Competitive Sustainability with the Forest Green Rovers
Sports are a hot topic in the exclusive “Blue Zone” at COP26, with executives from a range of clubs and governing bodies set to discuss urgent changes that facilitate greener sporting events and more sustainable stadiums. The “Sports for Climate Action” UNFCCC panel has 256 signatories and should yield interesting insights; but in elite sports every little edge counts, and it’s hard to justify a losing streak with one’s carbon footprint reduction. A key figure in these talks is Dale Vince, owner of “FIFA World’s Greenest Football Club” the Forest Green Rovers, to show by example that performance and sustainability are not mutually exclusive. In the highly emotional world of sports, a poorly executed greenwash could quickly turn into a managerial bloodbath.
Sustainability is central to everything we do at Forest Green Rovers. From solar panels and electric vehicle charging…
Vince’s mission at Forest Green since 2009 has been “to create a truly sustainable football club — somewhere we can demonstrate sustainable thinking and technology to a new and passionate audience”. Before this, he founded Britain’s largest green energy company Ecotricity in 1991, and has since amassed a fortune in excess of £100m. Other fun facts include his heated battles with Elon Musk over electric vehicles, and his latest side hustle called “Skydiamond” that, as the name suggests, sustainably forges diamonds from thin air. These innovative business and environmental practices brought FGR from the brink of relegation and bankruptcy to 1st place in English Football League 2, and in the process have captured the admiration of global football and climate fans alike.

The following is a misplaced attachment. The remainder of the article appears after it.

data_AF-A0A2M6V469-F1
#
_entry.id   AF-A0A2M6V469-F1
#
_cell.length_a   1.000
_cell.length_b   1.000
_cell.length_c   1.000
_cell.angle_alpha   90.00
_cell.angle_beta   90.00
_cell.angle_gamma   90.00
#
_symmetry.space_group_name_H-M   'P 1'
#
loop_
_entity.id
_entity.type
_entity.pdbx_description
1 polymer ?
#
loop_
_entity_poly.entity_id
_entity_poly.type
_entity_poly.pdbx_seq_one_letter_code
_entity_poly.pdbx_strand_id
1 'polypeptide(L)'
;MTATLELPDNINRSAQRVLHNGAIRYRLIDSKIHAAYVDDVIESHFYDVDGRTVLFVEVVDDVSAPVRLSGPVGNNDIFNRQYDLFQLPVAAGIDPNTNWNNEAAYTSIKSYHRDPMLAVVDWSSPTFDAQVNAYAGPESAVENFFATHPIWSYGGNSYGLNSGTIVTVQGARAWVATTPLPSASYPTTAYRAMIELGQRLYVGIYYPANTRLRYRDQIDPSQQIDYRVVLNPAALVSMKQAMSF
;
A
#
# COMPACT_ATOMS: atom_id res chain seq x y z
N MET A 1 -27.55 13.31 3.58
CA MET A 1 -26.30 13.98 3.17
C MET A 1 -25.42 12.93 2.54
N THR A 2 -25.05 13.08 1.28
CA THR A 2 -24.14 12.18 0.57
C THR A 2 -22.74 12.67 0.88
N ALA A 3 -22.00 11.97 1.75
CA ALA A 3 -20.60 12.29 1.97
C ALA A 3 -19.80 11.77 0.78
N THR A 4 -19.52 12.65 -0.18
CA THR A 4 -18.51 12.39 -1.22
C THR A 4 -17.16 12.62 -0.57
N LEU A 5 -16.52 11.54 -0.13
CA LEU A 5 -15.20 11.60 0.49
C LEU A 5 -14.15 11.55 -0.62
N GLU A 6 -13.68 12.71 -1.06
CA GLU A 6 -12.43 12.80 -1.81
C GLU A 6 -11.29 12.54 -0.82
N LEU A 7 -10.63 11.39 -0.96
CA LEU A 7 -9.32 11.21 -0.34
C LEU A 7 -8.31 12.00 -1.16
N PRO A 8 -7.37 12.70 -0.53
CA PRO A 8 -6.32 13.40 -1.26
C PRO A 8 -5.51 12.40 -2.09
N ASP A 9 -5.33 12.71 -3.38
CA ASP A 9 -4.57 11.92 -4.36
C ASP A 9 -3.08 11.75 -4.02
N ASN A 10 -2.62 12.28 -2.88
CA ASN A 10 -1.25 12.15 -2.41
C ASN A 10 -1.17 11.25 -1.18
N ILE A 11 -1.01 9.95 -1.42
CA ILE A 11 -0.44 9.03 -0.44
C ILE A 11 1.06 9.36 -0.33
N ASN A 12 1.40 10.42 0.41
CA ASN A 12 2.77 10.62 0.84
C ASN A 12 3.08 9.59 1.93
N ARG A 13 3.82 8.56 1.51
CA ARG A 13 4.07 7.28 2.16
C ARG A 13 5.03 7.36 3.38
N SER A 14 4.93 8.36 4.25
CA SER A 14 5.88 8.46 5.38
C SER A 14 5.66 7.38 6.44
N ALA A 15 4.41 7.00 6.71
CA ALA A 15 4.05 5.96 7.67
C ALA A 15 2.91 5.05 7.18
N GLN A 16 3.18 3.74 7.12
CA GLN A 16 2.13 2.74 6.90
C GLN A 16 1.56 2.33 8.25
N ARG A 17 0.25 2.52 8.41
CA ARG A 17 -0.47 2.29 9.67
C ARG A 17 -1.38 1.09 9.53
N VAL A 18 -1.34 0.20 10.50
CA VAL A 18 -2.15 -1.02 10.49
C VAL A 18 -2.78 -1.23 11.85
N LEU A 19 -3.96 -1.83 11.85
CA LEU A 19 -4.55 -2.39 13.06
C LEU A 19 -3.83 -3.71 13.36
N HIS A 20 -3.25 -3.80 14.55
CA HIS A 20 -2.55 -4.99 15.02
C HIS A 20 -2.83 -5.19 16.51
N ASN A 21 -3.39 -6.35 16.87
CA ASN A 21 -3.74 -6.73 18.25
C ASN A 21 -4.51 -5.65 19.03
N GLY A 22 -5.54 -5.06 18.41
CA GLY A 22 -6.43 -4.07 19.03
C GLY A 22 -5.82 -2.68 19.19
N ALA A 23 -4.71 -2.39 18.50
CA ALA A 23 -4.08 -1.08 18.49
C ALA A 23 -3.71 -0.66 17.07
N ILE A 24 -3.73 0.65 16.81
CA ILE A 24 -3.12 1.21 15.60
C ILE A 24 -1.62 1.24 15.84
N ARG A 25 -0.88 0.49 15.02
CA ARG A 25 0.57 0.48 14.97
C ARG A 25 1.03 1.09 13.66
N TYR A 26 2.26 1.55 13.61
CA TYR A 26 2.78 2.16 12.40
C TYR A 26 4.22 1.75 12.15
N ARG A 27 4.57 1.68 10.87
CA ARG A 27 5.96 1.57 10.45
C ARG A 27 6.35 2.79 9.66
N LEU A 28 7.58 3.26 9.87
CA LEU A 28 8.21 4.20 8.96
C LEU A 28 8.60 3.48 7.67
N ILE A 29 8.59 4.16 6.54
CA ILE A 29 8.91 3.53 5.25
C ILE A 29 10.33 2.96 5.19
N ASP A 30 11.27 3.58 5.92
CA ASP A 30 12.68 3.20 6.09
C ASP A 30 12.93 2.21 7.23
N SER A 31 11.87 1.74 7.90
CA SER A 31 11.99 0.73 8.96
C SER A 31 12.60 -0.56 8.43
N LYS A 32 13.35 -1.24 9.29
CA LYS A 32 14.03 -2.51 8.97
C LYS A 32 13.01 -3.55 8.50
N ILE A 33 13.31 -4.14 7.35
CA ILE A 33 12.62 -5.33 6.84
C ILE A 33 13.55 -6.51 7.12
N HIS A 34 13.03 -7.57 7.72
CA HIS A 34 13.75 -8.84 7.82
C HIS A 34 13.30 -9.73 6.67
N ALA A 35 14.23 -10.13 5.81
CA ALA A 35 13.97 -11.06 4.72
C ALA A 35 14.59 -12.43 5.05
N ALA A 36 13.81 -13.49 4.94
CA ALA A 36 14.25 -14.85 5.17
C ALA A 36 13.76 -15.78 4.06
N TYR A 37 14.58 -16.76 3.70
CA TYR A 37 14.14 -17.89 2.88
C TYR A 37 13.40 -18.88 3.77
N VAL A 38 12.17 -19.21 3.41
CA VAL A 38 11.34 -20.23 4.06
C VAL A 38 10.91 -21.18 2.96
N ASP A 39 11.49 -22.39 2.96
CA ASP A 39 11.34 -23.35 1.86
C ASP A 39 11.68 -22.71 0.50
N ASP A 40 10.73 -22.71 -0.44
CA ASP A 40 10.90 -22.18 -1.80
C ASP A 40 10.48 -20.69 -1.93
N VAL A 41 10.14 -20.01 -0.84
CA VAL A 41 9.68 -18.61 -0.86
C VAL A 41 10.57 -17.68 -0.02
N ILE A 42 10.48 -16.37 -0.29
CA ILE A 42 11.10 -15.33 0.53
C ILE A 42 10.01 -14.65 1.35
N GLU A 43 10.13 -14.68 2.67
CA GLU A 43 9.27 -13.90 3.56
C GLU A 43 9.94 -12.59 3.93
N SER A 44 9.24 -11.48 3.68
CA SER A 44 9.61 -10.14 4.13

“We’re bringing together football and environmental consciousness in a way no other football club in the world is doing right now. We’re the first club on the planet to be certified carbon neutral by the United Nations, and FIFA have described us as the greenest football club in the world. And it’s working.”
It sure is. And that puts Dale in a position of genuine authority during these discussions. Success and sustainability are at best equally important for elite sports organizations.
In his recent podcast with The Athletic, Vince dials in from Glasgow where he is attending, and de facto leading, the sustainability in sports talks at COP26. He believes that football, and sport in general, provides an incredible platform to engage a wider audience about the climate crisis. As a starting point, the kinds of food served and advertised at sporting events are quite counterintuitive considering the focus on athletic performance. We often see Coca Cola, McDonalds, Papa Johns and others sponsoring major competitions filled with burgers, popcorn, and beverage concession stands:
“Where’s the association between that product and performance on the pitch in the sport that we’re watching?” — Dale Vince
This was Forest Green Rangers first major green implementation — the stadium banned single-use plastics, installed robust recycling and composting processes, and most importantly: went 100% vegan. This bold move was increasingly accepted by fans, if not by away managers, particularly as FGR players began to adopt and promote healthy diets. Soon after, electric car chargers popped up for fans, staff, and players, as did solar panels on stadium rooftops that provide 20% of the stadiums required energy. The rest is sourced from a nearby wind farm owned by Vince, which works out nicely to say the least. The solar-powered lawnmower robot, cleverly named “Mowbot”, has also made several headlines: